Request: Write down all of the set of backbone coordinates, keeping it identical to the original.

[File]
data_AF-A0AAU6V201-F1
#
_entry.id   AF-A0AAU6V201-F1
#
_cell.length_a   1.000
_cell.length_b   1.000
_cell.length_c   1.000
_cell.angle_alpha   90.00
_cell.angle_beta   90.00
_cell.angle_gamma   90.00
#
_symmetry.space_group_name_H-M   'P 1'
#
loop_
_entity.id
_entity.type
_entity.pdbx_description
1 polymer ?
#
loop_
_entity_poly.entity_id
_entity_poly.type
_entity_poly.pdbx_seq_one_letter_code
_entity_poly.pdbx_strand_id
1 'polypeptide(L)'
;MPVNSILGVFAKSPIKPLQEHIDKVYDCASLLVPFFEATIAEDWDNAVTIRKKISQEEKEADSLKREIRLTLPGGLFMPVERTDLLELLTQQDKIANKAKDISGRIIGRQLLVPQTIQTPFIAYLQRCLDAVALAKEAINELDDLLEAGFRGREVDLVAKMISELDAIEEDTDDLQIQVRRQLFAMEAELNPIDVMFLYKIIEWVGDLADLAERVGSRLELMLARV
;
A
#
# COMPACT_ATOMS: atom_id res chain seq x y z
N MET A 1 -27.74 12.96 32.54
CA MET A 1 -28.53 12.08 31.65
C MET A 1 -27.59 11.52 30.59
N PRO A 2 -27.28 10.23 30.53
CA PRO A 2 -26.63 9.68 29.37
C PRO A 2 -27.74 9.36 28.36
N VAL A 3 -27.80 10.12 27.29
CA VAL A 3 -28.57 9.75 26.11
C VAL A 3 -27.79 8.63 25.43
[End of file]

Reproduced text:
data_AF-A0AAU6V201-F1
#
_entry.id   AF-A0AAU6V201-F1
#
_cell.length_a   1.000
_cell.length_b   1.000
_cell.length_c   1.000
_cell.angle_alpha   90.00
_cell.angle_beta   90.00
_cell.angle_gamma   90.00
#
_symmetry.space_group_name_H-M   'P 1'
#
loop_
_entity.id
_entity.type
_entity.pdbx_description
1 polymer ?
#
loop_
_entity_poly.entity_id
_entity_poly.type
_entity_poly.pdbx_seq_one_letter_code
_entity_poly.pdbx_strand_id
1 'polypeptide(L)'
;MPVNSILGVFAKSPIKPLQEHIDKVYDCASLLVPFFEATIAEDWDNAVTIRKKISQEEKEADSLKREIRLTLPGGLFMPVERTDLLELLTQQDKIANKAKDISGRIIGRQLLVPQTIQTPFIAYLQRCLDAVALAKEAINELDDLLEAGFRGREVDLVAKMISELDAIEEDTDDLQIQVRRQLFAMEAELNPIDVMFLYKIIEWVGDLADLAERVGSRLELMLARV
;
A
#
# COMPACT_ATOMS: atom_id res chain seq x y z
N MET A 1 -27.74 12.96 32.54
CA MET A 1 -28.53 12.08 31.65
C MET A 1 -27.59 11.52 30.59
N PRO A 2 -27.28 10.23 30.53
CA PRO A 2 -26.63 9.68 29.37
C PRO A 2 -27.74 9.36 28.36
N VAL A 3 -27.80 10.12 27.29
CA VAL A 3 -28.57 9.75 26.11
C VAL A 3 -27.79 8.63 25.43